Following Intel's advisory for customers to stop deploying the Meltdown and Spectre patch, Microsoft has issued...
By submitting your personal information, you agree that TechTarget and its partners may contact you regarding relevant content, products and special offers.
an out-of-band patch to disable the broken fix.
Microsoft announced the out-of-band Spectre patch on Saturday, Jan. 27, and included more information than Intel had previously given when pulling the original patch.
"Intel has reported issues with recently released microcode meant to address Spectre variant 2 (CVE 2017-5715 Branch Target Injection) -- specifically Intel noted that this microcode can cause 'higher than expected reboots and other unpredictable system behavior' and then noted that situations like this may result in 'data loss or corruption.' Our own experience is that system instability can in some circumstances cause data loss or corruption," Microsoft wrote in a support advisory. "While Intel tests, updates and deploys new microcode, we are making available an out-of-band update today, KB4078130, that specifically disables only the mitigation against CVE-2017-5715. In our testing this update has been found to prevent the behavior described."
For comparison, Intel's announcement on Jan. 22 gave no indication it was the Spectre patch at fault -- it did not mention the Meltdown or Spectre branding, nor did it say what CVE patch was causing problems -- and only said that the company had "identified the root cause" of the rebooting issues, which affected systems are running Intel Broadwell and Haswell CPUs, and that it was working on a new fix.
Intel initially announced the "reboot issues" on Jan. 11 but again, the company didn't specify which firmware updates were causing problems and didn't cite either the Meltdown or Spectre vulnerabilities. In addition, it wasn't until the chipmaker's fourth quarter 2017 earnings announcement that it acknowledged "data loss or corruption" was a possible side effect from its Spectre update.
Microsoft's new Spectre patch will disable Intel's fix and Microsoft is also offering an option for advanced users "to manually disable and enable the mitigation against Spectre variant 2 independently via registry setting changes."
A source at Microsoft, who wished to stay anonymous, told SearchSecurity the Spectre patch was a difficult situation because "you can't fix it in firmware alone or software alone."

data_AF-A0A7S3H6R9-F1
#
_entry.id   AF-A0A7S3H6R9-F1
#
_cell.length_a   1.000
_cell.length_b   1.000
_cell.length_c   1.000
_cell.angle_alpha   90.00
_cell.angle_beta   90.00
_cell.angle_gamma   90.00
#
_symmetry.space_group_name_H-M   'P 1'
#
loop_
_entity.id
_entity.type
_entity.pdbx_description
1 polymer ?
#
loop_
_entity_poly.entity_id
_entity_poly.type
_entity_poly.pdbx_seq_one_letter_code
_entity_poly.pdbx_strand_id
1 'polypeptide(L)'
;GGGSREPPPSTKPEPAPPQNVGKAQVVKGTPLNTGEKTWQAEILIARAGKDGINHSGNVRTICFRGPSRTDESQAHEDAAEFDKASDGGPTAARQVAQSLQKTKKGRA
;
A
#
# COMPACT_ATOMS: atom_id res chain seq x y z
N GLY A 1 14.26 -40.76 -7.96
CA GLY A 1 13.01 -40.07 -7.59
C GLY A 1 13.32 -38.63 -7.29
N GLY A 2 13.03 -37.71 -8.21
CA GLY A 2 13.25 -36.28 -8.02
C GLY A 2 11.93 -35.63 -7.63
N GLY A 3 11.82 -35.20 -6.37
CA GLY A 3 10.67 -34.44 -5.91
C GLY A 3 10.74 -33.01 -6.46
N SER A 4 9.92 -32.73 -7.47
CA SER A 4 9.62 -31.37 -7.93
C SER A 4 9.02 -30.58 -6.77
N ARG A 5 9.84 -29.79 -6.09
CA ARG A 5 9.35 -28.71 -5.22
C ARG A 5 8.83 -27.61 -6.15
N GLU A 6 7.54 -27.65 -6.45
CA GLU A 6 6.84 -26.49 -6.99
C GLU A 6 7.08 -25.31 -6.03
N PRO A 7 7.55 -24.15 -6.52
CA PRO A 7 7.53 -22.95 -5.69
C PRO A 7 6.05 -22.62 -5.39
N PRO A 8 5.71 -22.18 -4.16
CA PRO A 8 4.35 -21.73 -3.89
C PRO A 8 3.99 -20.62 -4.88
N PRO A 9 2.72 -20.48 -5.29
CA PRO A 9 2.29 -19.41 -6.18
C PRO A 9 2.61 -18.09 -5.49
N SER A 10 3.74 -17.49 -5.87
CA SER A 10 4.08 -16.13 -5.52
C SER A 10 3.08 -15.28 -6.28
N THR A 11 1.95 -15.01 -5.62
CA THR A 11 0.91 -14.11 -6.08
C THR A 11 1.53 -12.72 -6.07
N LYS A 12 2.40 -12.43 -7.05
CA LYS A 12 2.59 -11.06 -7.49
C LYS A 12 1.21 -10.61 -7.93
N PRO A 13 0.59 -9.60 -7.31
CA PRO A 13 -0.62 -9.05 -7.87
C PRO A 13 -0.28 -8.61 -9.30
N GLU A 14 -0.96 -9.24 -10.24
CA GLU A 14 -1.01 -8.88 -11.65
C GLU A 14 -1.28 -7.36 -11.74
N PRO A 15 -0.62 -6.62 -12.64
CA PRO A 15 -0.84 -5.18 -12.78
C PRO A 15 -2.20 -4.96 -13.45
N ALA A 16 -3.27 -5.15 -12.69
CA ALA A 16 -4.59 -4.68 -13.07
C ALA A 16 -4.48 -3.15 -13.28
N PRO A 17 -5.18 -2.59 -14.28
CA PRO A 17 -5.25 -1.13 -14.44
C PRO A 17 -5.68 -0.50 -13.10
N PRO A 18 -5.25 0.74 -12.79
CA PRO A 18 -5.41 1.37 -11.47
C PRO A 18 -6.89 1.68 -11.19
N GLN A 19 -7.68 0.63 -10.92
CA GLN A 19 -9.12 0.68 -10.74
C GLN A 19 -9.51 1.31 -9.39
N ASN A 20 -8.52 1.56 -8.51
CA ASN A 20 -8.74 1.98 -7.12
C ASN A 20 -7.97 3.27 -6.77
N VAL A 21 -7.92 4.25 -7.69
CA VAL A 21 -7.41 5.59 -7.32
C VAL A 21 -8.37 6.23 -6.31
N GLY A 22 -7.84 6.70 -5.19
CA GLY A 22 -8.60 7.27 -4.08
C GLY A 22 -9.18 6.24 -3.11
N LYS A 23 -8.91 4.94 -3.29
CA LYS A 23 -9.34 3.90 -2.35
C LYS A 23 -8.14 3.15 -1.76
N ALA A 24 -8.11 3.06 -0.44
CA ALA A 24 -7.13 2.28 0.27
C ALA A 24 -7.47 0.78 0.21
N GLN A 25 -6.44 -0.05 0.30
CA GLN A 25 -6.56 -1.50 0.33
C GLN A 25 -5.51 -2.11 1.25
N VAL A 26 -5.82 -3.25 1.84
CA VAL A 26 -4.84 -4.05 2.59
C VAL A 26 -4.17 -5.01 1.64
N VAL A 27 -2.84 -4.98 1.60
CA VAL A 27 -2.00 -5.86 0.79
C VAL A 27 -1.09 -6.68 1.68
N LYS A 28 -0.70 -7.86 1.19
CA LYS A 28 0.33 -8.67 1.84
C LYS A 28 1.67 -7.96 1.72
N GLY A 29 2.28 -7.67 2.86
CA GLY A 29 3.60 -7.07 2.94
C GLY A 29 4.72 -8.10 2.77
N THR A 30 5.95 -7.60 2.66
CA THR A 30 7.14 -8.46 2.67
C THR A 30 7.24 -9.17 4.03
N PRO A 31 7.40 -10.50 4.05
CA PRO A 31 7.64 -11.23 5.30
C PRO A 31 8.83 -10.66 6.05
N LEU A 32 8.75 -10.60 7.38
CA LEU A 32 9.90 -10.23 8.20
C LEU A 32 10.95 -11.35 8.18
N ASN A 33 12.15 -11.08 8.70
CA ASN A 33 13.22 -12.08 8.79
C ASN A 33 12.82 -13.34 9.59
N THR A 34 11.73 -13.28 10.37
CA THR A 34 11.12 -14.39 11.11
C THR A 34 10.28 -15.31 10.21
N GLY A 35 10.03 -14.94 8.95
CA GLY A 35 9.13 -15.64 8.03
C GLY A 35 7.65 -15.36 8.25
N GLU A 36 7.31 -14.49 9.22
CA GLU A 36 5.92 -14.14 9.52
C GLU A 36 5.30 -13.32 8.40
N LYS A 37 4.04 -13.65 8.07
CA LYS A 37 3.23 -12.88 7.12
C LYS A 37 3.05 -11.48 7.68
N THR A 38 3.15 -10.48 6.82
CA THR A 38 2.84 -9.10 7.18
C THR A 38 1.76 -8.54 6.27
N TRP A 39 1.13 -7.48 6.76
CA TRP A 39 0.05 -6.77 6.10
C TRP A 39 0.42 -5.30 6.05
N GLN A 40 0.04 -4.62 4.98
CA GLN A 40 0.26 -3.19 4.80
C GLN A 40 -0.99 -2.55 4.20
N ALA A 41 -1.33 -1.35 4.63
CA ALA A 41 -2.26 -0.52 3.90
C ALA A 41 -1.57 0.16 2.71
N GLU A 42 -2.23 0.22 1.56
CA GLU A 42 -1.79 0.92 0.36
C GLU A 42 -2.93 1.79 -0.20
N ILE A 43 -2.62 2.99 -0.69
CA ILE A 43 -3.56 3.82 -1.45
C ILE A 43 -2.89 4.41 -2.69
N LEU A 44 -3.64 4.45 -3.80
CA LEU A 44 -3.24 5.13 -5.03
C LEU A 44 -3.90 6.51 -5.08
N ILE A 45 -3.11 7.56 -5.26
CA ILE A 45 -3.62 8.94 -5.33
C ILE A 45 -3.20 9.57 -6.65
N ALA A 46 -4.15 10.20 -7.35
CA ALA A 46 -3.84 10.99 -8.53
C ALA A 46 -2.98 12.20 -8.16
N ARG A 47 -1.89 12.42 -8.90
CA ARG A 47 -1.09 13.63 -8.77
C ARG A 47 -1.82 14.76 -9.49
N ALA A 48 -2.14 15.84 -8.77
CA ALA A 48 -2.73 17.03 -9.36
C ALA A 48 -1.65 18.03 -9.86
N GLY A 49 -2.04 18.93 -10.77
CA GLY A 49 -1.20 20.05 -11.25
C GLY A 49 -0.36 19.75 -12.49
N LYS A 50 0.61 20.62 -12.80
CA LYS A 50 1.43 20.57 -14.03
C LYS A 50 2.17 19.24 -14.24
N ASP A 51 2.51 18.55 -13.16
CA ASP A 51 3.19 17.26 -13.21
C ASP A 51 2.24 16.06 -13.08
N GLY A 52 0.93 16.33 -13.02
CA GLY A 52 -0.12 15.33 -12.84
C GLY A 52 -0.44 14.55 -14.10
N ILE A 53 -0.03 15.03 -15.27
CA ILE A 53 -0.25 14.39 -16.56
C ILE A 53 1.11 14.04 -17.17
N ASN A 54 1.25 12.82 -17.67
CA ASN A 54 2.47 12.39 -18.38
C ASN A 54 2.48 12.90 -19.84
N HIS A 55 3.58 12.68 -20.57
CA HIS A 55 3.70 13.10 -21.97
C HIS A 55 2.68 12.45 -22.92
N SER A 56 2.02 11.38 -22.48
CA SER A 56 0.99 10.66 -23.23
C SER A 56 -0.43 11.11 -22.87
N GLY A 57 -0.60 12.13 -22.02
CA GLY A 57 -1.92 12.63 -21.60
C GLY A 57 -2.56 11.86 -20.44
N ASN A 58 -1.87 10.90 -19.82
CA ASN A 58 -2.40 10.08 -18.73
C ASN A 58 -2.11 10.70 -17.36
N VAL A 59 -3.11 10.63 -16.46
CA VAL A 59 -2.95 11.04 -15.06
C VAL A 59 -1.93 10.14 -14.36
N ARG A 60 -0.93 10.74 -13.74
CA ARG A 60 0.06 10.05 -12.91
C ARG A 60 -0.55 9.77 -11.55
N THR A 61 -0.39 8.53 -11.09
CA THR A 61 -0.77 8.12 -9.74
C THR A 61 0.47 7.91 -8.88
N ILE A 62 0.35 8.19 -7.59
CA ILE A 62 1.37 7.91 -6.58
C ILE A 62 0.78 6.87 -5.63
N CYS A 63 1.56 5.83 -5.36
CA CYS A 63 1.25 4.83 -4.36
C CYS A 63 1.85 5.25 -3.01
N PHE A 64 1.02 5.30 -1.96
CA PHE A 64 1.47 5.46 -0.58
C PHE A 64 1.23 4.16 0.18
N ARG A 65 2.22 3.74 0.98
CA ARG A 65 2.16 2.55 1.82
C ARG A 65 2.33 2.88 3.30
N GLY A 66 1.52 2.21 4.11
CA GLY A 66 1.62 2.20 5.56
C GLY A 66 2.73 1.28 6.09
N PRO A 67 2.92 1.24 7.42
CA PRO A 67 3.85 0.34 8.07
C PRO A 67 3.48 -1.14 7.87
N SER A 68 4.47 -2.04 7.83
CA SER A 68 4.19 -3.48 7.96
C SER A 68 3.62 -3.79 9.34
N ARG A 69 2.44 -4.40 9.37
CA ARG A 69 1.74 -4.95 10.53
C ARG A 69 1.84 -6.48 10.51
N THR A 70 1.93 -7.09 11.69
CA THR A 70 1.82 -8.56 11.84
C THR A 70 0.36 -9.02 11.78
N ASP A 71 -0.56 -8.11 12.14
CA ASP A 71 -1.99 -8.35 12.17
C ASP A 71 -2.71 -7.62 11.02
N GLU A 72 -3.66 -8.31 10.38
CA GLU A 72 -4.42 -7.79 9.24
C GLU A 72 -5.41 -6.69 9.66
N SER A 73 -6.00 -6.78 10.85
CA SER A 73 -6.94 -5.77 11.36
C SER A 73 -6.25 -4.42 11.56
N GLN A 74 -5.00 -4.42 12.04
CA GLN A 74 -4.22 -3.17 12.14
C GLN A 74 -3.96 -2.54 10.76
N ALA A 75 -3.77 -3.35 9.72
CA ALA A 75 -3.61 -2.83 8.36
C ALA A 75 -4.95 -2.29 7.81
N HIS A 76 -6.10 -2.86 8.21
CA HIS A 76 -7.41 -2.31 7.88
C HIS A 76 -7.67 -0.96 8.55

"The chip vendor releases a firmware capability, which the OSes use in a certain way in key situations to mitigate against potential abuse [or] attack. So, to mitigate, you need a firmware update plus an OS that leverages [that update]. It's symbiotic [and] collaborative," the source said. "Given that you need both, it was possible that an OS update would rollout on machines that didn't yet have a firmware update, so the mitigation needed to be able to be 'on' or 'off' depending [on the presence of Intel's microcode update]."
Jake Williamsfounder, Rendition InfoSec LLC
Jake Williams, founder of consulting firm Rendition InfoSec LLC in Augusta, Ga., told SearchSecurity that Intel "isn't helping anyone by not publishing this information, but the lack of the data won't change how we action the vulnerabilities," and added that it is "exceedingly odd for a software company to disable a patch from a hardware vendor."
Microsoft claimed in its advisory that "as of January 25, there are no known reports to indicate that this Spectre variant 2 has been used to attack customers," but Williams said it may not be possible to fully confirm that claim.
"Detecting a Meltdown or Spectre attack is exceedingly difficult. While there is some interesting research on novel methods to detect the attacks, nobody is instrumented for these detections," Williams said. "It is true that we haven't seen any attacks in the wild, but I'm near 100% certain that they are happening."
Jeff Williams, co-founder and CTO at Contrast Security, said the infosec community shouldn't assume that "any vulnerability means negligence."
"These attacks are truly novel and tricky to fix. We wouldn't like it if companies engineered everything like NASA -- it would take decades, cost many times more and execute slowly," Williams told SearchSecurity. "We are all complicit. We have all reaped the benefits of an ecosystem that prioritizes speed to market over security. So instead of throwing bombs, how about we encourage collaboration and openness around the best ways to solve this new attack."